Four thousand years ago, along the headwaters of a major tributary of the Rio Grande, a small band of 15 or 20 people from closely related extended families camped on a terrace overlooking Paradise Draw. The Paradise site (41PS914) is located in the far northwestern corner of the 275,000-acre 02 Ranch in the heart of Big Bend country in Trans-Pecos Texas. They camped at the base of Cartright Mesa which looms 275 meters (900 feet) above the site. Paradise Draw forms the headwaters of the extensive Terlingua Creek before it winds its way south from the site for a distance of 140 kilometers (87 miles) to its confluence with the Rio Grande.
These early campers no doubt had many wooden, bone, and fiber amenities, but only their stone tools survived the thousands of years the site lay buried under alluvial soils. Early in 2004, during a field survey of the O2 Ranch by archeologists from the Center for Big Bend Studies (CBBS), a distinctive cluster of burned rocks was discovered buried in the cutbank of a dry arroyo alongside Paradise Draw. The rocks looked to be part of a discrete Archaic occupation that could provide a well dated component. Archeologists subsequently laid out a 5-x-5 meter grid to encompass this cultural deposit. Excavation of the 25-square meter area uncovered substantial burned rock deposits located a little over a meter below the terrace surface. Other evidence obtained from the surrounding cutbanks and from the excavation indicates that the area excavated is a small part of a much larger site.
Although an unknown portion of this activity area was lost to erosion down the arroyo, a substantial remnant of an earth oven remained, along with two satellite features representing cleanout piles from the dismantling of the oven for reuse, a small hearth utilized by the inhabitants during operation of the oven, and a nearby stone tool workshop. Researchers were also able to identify the original living surface where these people sat and worked. Four radiocarbon assays were obtained from separate features, all yielding dates tightly clustered at about 4,000 years ago.
Only a single projectile point fragment was recovered during excavation: a dart point fragment with a contracting stem, found lying in situ on the living surface. This point is the most firmly dated contracting stem dart point in the Trans-Pecos. Only 15 other tools were recovered during excavation at the Paradise site. They include five small groundstone fragments found heat-fractured in feature soils and most likely present only as heating elements, two stone cores found on the living surface and associated with the stone tool workshop area, and eight expediency tools in the form of small utilized stone chips. Only 147 pieces of stone chipping waste were recovered. By comparison, hunter-gatherer sites in the region often yield several hundred tools and several thousand pieces of chipping waste from an excavation this size.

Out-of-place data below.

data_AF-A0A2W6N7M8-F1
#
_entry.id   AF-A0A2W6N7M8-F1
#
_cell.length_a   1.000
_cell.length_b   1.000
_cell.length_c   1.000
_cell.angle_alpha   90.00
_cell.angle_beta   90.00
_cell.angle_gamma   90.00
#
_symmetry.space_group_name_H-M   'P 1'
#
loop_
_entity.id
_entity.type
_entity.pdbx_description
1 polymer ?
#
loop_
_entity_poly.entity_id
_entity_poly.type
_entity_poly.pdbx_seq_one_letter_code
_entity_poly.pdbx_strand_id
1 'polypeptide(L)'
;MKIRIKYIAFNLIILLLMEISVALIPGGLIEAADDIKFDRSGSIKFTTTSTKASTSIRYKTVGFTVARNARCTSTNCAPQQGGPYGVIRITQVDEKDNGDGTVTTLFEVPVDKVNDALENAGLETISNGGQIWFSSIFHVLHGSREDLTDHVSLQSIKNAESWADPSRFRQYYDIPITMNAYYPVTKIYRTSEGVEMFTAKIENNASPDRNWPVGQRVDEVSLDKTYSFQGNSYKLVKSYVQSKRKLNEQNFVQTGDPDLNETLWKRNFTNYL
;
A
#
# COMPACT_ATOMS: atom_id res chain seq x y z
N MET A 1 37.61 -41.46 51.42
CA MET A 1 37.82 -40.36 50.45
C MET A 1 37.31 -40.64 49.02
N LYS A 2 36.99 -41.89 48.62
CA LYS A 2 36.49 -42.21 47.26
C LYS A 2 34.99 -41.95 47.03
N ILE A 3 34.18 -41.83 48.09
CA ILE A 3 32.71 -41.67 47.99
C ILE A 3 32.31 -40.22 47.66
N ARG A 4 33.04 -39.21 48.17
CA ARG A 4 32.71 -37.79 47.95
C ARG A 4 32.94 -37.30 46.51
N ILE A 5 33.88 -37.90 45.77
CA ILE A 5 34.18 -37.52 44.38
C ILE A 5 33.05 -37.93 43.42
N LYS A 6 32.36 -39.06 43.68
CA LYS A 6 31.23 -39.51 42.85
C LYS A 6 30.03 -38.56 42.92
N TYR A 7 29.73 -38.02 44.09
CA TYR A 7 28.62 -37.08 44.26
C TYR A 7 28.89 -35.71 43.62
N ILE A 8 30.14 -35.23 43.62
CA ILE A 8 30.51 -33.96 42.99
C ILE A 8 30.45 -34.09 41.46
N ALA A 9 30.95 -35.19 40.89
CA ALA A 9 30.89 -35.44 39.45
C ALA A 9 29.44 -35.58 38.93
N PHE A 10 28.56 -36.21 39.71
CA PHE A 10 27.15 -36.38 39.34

The earth oven was used for baking desert succulents, probably sotol bulbs. Most researchers agree on the general patterns of earth oven construction—much of it based on ethnographic accounts. Whatever the contents, for an earth oven to operate efficiently it must be covered and sealed with a thick layer of earth. Few researchers have stopped to wonder where this earth would come from, nor have they considered this disturbance when discussing site formation processes and positioning of artifacts.
Evidence for what is herein termed a borrow trough was found crossing the grid and further defining the living surface. It appears that the people constructing this oven were scooping up dirt from the immediate area surrounding the oven to help form the earthen seal. This trough is represented by a deposit of heavily charcoal-stained soil which arcs around the earth oven feature and exhibits distinct edges. The trough is also represented in profiles which bisect it on the west and east sides of the earth oven. This site represents the first documentation of a heretofore unrecorded phase of earth oven construction. The developing aggregation of this feature may represent an early stage in the evolution of ring middens that were later to become so ubiquitous across the landscape of the eastern Trans-Pecos.
The events surrounding the construction of this earth oven probably occurred as follows. A pit was dug to a depth of about 20 cm (8 inches) below the living surface. The soils—which would incidentally include any artifacts present on the surface at that time—were stockpiled nearby. After filling the pit with fuel, covering the fuel with rocks as heating elements, burning the fuel until it was reduced to charcoal, and piling on the succulents to be processed as well as a protective plant covering, the oven would have been sealed with a thick layer of sediments. For an oven this size, close to a ton of earth may have been required.